A brief report on the associations amongst social media use, gender, and body esteem in a UK student sample
Research into the effects of social media on personal wellbeing have been controversial in recent years, with research highlighting links between social media use and body esteem. This conceptual replication study aimed to explore relationships amongst social media use, body esteem, and gender amongst UK university students (n = 100). Participants completed measures of social media use and body esteem. It was hypothesized that social media intensity and usage would negatively predict body esteem, with high social media intensity relating to lower body esteem. We find that gender was the only significant predictor of body esteem, with women having lower body esteem compared to men. We were unable to replicate previous findings, as our findings show no relationships amongst social media intensity, use, and body esteem.
KeywordsBody esteem Social media use Cyberpsychology Health psychology Social media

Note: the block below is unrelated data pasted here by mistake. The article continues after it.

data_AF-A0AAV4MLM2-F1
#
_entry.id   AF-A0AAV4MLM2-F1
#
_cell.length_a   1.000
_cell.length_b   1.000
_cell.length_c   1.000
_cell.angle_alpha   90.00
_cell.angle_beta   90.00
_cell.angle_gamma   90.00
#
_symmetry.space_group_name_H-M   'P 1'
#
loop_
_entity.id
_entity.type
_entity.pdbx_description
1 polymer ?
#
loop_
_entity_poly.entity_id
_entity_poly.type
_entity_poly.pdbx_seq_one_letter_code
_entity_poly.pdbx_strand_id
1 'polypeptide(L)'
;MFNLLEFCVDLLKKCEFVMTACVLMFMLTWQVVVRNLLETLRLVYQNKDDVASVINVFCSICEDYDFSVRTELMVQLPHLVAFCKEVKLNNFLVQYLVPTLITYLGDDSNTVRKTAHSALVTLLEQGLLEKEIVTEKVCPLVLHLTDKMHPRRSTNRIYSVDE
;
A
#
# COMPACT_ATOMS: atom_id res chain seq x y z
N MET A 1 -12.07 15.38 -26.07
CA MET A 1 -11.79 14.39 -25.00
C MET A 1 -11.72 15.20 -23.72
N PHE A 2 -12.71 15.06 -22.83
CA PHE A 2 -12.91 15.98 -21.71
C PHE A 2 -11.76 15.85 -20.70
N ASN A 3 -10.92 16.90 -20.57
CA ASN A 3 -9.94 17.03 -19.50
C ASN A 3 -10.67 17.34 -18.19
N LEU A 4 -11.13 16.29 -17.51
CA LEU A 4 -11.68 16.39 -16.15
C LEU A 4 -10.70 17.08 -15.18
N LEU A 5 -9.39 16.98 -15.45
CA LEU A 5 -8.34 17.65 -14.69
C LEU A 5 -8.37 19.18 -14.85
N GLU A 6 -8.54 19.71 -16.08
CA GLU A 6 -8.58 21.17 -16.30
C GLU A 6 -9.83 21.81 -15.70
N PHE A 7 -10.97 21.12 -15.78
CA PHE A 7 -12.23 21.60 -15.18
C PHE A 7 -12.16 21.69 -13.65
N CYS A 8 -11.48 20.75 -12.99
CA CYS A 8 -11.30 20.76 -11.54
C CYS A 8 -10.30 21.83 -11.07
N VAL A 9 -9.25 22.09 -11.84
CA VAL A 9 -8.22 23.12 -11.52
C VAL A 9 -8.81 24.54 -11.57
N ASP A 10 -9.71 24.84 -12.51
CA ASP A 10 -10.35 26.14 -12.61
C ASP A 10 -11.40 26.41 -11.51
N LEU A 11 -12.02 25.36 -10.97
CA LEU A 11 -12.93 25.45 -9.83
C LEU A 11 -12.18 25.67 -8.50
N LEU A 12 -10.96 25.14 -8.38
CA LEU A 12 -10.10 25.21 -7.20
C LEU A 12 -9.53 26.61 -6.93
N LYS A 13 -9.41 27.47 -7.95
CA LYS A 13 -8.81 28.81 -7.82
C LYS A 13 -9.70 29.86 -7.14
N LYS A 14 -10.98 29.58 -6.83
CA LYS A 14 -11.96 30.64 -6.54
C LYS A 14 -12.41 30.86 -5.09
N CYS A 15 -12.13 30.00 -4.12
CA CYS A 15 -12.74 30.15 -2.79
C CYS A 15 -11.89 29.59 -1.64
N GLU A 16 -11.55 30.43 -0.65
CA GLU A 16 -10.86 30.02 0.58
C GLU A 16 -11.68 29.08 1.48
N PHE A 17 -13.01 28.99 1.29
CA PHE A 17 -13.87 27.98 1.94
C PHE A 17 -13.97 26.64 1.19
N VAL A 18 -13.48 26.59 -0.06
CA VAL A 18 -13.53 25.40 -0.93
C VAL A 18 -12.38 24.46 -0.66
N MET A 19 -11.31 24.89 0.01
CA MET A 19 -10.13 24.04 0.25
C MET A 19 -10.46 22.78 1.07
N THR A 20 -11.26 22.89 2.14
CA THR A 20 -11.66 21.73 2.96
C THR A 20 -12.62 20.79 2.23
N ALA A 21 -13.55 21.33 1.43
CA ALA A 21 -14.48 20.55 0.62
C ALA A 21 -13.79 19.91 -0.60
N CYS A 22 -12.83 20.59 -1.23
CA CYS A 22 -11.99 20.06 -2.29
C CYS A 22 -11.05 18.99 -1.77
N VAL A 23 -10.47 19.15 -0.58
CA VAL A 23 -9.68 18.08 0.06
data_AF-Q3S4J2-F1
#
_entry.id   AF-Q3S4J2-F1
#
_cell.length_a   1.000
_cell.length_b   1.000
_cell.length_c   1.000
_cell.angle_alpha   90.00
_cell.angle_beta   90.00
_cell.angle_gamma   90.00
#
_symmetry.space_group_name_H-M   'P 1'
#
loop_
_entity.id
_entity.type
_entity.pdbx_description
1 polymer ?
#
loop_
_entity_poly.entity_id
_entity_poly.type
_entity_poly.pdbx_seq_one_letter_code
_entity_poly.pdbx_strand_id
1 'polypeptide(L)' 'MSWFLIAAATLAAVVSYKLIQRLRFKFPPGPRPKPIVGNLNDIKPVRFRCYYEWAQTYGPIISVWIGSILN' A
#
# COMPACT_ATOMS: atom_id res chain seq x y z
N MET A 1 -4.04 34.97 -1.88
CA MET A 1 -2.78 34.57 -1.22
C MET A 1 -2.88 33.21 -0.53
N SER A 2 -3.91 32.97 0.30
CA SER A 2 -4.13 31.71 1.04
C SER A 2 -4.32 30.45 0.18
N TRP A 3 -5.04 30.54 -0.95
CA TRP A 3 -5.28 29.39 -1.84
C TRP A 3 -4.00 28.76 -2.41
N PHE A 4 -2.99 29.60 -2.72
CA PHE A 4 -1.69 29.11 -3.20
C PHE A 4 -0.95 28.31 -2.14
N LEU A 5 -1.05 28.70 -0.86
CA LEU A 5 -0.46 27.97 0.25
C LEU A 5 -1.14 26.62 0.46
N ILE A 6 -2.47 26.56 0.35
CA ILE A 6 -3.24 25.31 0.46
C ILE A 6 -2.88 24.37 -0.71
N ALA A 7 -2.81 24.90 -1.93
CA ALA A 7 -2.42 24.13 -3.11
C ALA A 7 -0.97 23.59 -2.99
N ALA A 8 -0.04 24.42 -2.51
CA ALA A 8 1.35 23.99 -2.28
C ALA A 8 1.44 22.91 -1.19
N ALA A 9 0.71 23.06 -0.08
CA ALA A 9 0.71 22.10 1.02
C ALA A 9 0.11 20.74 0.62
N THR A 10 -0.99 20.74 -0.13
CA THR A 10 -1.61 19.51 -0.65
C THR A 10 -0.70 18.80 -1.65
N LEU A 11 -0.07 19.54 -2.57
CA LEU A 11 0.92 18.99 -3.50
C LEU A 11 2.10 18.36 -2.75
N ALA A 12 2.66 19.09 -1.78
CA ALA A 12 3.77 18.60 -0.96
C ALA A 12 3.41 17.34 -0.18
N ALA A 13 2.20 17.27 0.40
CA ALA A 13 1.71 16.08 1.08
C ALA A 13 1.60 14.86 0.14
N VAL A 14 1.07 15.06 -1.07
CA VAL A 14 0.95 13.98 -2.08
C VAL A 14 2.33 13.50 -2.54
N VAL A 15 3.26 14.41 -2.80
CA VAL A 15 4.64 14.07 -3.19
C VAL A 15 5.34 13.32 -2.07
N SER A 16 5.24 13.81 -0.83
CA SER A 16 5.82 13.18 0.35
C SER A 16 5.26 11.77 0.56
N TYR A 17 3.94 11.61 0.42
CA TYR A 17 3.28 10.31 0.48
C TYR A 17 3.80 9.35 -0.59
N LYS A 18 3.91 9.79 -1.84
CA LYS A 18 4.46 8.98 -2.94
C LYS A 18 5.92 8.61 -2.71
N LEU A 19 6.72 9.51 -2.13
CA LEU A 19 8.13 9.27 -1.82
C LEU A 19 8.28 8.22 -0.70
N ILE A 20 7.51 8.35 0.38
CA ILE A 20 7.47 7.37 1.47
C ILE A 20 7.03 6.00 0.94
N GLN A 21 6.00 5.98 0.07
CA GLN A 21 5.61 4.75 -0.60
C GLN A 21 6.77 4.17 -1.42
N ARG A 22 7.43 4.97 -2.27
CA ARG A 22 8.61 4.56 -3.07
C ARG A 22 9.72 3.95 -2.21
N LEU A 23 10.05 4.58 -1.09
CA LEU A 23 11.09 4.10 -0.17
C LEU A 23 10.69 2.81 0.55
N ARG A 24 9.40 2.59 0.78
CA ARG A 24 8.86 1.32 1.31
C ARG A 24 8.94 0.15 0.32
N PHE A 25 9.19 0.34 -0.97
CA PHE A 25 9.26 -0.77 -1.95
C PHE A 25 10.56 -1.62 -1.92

Compliance with Ethical Standards
This research involved collecting data from human participants. Informed consent was taken from all participants who took part in this study. All procedures performed in studies involving human participants were in accordance with the ethical standards of the institutional and/or national research committee and with the 1964 Helsinki declaration and its later amendments or comparable ethical standards.
Conflict of Interest
On behalf of all authors, the corresponding author states that there is no conflict of interest.
- Bhogal, M. S., Galbraith, N., & Manktelow, K. (2018). A research note on the influence of relationship length and sex on preferences for altruistic and cooperative mates. Psychological Reports. https://doi.org/10.1177/0033294118764640.
- Corcoran, K., Crusius, J., & Mussweiler, T. (2011). Social comparison: Motives, standards, and mechanisms. In D. Chadee (Ed.), Theories in social psychology (pp. 119–139). London: Wiley.Google Scholar
- Ferguson, C. J., Munoz, M. E., Garzqa, A., & Galindo, M. (2012). Concurrent and prospective analyses of peer, television and social media influences on body dissatisfaction, eating disorder symptoms and life satisfaction in adolescent girls. Journal of Youth and Adolescence, 43, 1–14.CrossRefGoogle Scholar
- Grogan, S. (2008). Body image: Understanding body dissatisfaction in men, women, and children (2nd ed.). London: Routledge.Google Scholar